TV-BAY Magazine

To view this page ensure that Adobe Flash Player version 11.1.0 or greater is installed.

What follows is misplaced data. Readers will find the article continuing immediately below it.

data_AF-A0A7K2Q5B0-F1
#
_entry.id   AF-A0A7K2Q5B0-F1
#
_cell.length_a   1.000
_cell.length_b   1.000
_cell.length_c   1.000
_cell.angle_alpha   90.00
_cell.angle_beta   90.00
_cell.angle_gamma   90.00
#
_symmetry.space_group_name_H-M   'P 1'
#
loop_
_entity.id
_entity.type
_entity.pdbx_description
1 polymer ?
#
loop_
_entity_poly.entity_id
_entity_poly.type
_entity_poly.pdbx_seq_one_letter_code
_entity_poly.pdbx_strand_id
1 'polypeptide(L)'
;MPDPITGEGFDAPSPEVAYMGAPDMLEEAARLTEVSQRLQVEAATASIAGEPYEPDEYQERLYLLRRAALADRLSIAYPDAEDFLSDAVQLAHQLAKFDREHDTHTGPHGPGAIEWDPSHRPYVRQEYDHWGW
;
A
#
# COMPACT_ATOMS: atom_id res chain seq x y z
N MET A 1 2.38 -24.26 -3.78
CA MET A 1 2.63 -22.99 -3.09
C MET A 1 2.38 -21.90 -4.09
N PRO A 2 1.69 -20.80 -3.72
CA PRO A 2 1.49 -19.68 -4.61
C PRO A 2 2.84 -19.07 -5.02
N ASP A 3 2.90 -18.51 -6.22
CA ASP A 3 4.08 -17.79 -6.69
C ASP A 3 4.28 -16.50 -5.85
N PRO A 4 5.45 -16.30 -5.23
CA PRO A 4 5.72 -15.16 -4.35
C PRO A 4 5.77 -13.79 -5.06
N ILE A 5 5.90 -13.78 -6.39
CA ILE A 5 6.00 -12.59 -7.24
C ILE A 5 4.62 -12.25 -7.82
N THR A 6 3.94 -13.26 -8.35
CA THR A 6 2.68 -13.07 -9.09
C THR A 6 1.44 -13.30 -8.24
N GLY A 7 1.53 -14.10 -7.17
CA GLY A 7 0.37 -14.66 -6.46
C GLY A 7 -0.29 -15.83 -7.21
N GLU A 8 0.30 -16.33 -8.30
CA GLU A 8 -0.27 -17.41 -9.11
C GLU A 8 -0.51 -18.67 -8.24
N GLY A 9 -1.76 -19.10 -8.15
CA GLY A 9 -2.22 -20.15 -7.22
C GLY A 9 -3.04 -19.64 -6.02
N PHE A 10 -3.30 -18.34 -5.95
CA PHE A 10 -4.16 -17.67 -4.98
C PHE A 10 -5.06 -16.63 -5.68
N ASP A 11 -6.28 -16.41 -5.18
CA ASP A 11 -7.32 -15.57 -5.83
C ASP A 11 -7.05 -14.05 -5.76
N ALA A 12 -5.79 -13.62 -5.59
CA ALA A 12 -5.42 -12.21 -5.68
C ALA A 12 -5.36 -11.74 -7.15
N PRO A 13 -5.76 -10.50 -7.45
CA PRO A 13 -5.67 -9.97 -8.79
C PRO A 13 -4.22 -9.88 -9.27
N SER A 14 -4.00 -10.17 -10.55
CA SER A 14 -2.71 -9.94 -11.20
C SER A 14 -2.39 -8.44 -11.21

ASK THE EXPERTS 2014 Technology with Peter White, IABM In terms of technology - how is the broadcast industry set to change in 2014? 2013 was a particularly challenging year for many vendors in the broadcast and media technology sector. According to the IABM Industry Index, while there was some modest growth last year, many businesses experienced an ongoing decline in profitability – most notably in the SME sector. Broadcasters business models have changed markedly over the last few years. With an emphasis on content delivery over multiple platforms, the need for well developed and managed filebased workflows and efficient asset management systems has grown exponentially. We are witnessing a move towards outsourcing by the broadcasters to both accelerate and facilitate change with less risk and less fixed capital investment. The move from Capex to Opex continues apace at many broadcasters on a global basis. In addition when broadcasters do invest in technology directly they are looking at the total cost of ownership of such equipment and they expect it to work seamlessly with other equipment from different vendors within their system architecture. It is the collision of different technologies that is leading this transition. We’re experiencing a shift from traditional hardware products to a new software defined environment where technology is the enabler and the world is file based. 48 | TV-BAY MAGAZINE: ISSUE 87 MARCH 2014 There are a number of regions not yet operating HD and I am sure there is a lot of business for broadcast technology vendors in 2014 and beyond just making this happen. We will of course see a greater adoption of cloud services particularly in the new areas of activity undertaken by broadcasters. I am sure we will witness the start of the thinking and planning to an extended transition to 4k led by the consumer displays market. The first mover broadcasters will no doubt have this very clearly on their radar. Will there be a move away from a dependence on proprietary technologies? In all likelihood there will be a move by the broadcast industry to reduce its reliance on proprietary technology. Right across the supply chain we are witnessing the adoption of traditional IT products, systems and services and lower cost options to the existing proprietary broadcast technologies. Having said that, our industry does have a number of unique factors and there still exists a place for unique technology for the handling of the highest quality video and sound that is one of the key differentiating characteristics of our industry. We can see from the IABM Industry Trends Survey and IABM Benchmark Report that our sector continues to invest heavily in research and development. The broadcast and media technology vendor has a long- standing skill and capability in finding creative and innovative solutions to problems that broadcasters experience on a daily basis. I do not expect the need for bespoke and innovative solutions to disappear but I do expect the solutions to be required in a different way than before; interacting with other proprietary platforms and systems as well as enabling and facilitating efficient and error free operations. In other words there will be a need to provide best-of-breed-solutions that may be of a proprietary nature and tailor-made for the needs of the specific customer but using and interacting seamlessly with more standard and commonplace IT platforms and services. What are the challenges facing the industry? We have already talked about the commoditising of our industry and of course with the battle for spectrum being won by the telecoms sector there continues to be a convergence from the telecoms sector into the smaller broadcast and media technology sector. The main challenge to many broadcast and media technology vendors is therefore being agile and adaptive enough to embrace the methodologies and innovation that telecoms businesses bring to our sector whilst maintaining its distinctive competitive advantage through its knowledge and expertise in the broadcast quality audio and video technology world. What is very clear from all the indices we produce and business intelligence we gather is that there is, overall, less margin in our industry. Throughout all the product segments of the broadcast industry, model solutions today just do not command the prices and margins of yesterday. So while market confidence is at its highest in two years for the broadcast and media technology market, there is still the ongoing question of how to maintain profitability in the long term. Basically many businesses in our sector are having to paddle a whole lot harder to just stand still against a current of falling margins brought about by the factors mentioned above. This is the key challenge to our industry and the answer to it is manifold. Firstly, innovation that provides improved ROI for the broadcaster or end user will always sell. Secondly, margins can be improved with a real focus on